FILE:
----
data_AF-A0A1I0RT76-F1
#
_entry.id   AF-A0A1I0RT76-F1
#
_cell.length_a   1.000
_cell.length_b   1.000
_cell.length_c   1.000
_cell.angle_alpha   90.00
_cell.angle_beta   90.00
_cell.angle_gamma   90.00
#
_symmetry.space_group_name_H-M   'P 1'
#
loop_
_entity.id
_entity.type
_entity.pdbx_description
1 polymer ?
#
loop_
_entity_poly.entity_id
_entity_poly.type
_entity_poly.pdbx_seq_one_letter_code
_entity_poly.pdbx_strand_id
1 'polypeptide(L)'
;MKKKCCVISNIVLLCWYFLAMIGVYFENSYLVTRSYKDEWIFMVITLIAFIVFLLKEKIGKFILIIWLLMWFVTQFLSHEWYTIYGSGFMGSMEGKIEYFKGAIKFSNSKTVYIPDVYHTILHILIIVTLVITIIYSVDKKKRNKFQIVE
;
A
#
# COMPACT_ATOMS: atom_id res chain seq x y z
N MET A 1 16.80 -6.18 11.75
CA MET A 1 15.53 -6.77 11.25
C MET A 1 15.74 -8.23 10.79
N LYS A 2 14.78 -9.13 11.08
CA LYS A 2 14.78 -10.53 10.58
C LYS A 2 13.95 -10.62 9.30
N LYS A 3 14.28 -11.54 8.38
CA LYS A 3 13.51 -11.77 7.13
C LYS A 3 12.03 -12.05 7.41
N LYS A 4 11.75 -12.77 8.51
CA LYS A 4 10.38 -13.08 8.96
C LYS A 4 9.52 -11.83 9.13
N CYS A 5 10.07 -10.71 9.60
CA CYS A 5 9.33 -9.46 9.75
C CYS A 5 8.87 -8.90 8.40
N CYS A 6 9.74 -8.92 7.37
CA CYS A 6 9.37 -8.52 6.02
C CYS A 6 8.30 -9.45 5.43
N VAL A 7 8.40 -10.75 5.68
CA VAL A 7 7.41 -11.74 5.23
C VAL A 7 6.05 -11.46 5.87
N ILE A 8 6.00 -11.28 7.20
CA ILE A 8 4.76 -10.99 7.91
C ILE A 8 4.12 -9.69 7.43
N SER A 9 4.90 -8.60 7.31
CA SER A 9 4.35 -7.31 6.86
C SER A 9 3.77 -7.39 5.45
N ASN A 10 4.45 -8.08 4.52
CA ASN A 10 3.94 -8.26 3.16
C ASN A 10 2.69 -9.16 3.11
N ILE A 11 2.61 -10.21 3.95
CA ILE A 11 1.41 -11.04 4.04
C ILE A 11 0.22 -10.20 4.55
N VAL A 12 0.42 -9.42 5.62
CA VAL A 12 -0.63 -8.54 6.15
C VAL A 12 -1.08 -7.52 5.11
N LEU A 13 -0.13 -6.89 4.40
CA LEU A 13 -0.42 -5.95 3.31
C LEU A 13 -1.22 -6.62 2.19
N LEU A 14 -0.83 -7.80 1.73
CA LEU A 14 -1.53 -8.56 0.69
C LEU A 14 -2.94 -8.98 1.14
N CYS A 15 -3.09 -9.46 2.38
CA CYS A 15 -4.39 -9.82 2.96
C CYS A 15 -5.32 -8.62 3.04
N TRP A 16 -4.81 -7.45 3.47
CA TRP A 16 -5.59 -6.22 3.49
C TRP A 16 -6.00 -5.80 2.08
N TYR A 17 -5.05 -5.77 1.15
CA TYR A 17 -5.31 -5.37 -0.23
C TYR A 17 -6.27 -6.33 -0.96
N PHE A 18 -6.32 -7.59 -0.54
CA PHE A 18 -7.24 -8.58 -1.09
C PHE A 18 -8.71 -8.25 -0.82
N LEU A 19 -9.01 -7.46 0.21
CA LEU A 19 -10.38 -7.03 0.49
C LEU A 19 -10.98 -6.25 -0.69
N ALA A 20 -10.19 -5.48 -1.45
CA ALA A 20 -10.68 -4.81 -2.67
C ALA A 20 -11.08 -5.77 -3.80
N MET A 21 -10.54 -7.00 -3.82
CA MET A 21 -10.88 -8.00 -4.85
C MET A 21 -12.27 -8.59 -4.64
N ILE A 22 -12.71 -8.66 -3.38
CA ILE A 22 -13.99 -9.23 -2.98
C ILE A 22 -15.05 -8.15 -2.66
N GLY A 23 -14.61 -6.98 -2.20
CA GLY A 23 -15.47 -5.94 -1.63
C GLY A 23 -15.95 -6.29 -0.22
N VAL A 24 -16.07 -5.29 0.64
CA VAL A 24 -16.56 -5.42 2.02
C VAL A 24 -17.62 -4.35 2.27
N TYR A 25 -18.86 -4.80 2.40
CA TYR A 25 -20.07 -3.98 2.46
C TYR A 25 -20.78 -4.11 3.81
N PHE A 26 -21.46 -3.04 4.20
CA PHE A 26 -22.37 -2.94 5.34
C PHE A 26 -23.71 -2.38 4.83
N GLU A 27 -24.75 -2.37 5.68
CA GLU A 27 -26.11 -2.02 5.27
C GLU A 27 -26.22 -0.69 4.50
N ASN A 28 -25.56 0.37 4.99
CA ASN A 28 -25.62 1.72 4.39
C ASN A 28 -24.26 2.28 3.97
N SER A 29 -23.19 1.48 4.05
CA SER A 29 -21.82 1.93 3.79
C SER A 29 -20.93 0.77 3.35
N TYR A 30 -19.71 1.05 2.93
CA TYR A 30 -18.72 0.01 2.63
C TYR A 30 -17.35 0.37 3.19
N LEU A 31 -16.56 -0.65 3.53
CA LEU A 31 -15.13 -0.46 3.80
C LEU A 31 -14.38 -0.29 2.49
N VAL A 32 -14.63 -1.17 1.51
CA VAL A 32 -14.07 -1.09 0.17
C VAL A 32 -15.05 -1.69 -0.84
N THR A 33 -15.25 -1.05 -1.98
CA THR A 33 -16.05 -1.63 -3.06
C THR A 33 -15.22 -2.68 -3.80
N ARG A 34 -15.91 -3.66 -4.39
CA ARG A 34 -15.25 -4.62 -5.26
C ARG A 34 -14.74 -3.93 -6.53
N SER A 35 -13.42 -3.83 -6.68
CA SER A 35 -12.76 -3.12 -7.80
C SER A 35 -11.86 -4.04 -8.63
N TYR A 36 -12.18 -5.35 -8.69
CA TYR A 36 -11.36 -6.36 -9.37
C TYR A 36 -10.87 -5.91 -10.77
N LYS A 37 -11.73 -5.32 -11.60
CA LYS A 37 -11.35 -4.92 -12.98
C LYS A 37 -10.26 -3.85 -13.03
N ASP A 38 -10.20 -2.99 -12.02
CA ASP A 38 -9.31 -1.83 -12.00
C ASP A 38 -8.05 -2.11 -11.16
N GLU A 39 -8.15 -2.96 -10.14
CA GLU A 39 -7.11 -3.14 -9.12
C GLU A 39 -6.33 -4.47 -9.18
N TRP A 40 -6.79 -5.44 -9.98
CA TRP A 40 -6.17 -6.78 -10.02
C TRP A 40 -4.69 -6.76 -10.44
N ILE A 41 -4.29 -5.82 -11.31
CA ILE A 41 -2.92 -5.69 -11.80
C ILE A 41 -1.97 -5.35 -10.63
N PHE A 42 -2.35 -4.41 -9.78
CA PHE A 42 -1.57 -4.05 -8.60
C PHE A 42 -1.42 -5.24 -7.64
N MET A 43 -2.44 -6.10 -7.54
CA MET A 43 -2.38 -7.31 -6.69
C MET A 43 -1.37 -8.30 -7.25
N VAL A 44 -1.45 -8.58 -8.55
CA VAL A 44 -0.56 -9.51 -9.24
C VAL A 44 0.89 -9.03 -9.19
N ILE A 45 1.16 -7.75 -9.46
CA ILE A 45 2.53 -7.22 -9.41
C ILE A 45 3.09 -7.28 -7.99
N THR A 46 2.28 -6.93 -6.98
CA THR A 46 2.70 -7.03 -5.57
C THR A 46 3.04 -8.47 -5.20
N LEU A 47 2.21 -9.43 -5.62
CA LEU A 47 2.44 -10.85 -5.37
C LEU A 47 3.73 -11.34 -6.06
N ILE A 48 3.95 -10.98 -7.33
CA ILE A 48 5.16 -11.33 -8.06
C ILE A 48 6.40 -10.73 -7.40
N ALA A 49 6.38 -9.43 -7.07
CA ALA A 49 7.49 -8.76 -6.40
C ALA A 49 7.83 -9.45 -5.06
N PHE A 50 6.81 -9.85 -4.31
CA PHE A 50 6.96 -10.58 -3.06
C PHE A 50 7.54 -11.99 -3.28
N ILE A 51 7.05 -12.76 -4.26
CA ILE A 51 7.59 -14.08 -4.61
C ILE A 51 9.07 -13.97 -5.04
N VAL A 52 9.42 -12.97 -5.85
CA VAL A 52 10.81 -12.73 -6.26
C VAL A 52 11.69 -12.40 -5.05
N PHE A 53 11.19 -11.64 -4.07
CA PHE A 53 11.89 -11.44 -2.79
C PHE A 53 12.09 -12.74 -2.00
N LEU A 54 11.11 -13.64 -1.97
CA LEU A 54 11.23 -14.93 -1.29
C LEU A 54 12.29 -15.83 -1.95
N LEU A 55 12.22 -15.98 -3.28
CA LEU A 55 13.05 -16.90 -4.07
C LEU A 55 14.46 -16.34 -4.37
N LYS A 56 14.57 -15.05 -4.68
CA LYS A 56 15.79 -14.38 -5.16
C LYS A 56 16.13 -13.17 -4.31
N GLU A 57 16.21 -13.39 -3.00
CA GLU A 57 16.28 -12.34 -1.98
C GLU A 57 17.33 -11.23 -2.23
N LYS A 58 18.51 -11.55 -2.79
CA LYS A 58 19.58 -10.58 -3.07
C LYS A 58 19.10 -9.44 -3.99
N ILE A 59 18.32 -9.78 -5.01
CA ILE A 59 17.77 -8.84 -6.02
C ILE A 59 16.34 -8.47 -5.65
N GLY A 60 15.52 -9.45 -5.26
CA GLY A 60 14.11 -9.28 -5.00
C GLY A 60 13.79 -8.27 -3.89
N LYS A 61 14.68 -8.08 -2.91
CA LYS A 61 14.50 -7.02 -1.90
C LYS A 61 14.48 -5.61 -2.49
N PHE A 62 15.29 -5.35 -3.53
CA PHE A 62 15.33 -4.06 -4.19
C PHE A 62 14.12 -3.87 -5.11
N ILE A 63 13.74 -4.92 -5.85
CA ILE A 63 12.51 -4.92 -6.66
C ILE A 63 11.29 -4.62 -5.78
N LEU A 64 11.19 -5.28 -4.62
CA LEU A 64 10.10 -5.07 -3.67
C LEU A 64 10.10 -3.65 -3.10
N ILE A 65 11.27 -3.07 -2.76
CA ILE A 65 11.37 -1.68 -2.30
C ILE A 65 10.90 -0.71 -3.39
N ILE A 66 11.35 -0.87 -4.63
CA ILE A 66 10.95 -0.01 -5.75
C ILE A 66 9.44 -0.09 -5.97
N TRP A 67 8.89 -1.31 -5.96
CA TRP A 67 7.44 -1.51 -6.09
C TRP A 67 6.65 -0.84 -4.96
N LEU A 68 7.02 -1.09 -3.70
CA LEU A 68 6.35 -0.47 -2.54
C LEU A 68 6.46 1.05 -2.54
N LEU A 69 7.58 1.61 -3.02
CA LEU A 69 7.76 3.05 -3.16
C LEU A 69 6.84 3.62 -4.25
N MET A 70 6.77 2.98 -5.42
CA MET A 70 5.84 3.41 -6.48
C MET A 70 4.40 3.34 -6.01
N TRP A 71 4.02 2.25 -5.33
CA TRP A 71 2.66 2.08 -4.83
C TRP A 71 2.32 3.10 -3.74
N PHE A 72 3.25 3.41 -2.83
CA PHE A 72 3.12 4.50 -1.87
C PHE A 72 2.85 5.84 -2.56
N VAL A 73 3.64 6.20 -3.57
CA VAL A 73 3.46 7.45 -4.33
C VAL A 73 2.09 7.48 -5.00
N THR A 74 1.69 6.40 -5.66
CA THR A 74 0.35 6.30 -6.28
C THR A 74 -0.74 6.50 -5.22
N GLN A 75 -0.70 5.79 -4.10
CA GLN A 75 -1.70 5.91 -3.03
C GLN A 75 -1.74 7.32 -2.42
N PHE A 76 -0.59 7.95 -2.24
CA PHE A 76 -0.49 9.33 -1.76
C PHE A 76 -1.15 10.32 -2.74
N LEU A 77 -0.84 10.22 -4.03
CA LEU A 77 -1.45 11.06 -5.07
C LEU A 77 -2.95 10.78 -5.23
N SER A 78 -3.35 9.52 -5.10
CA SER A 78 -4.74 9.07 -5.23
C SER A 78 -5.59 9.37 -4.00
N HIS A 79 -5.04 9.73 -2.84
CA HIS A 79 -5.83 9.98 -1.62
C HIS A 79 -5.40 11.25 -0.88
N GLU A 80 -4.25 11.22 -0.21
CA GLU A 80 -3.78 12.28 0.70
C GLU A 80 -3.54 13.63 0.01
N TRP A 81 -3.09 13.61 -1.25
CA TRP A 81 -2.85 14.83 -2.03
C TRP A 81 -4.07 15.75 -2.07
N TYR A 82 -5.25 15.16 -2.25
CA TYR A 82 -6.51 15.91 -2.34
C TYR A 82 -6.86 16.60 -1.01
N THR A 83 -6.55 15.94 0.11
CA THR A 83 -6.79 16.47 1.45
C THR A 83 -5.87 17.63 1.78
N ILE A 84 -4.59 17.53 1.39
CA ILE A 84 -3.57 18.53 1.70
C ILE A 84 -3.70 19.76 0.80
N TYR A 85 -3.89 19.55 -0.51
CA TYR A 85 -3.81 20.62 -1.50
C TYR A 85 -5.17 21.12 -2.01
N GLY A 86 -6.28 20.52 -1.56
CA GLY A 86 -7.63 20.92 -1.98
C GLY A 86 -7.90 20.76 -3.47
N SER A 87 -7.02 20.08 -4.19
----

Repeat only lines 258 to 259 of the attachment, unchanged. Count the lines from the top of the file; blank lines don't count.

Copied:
C PHE A 76 -1.15 10.32 -2.74
N LEU A 77 -0.84 10.22 -4.03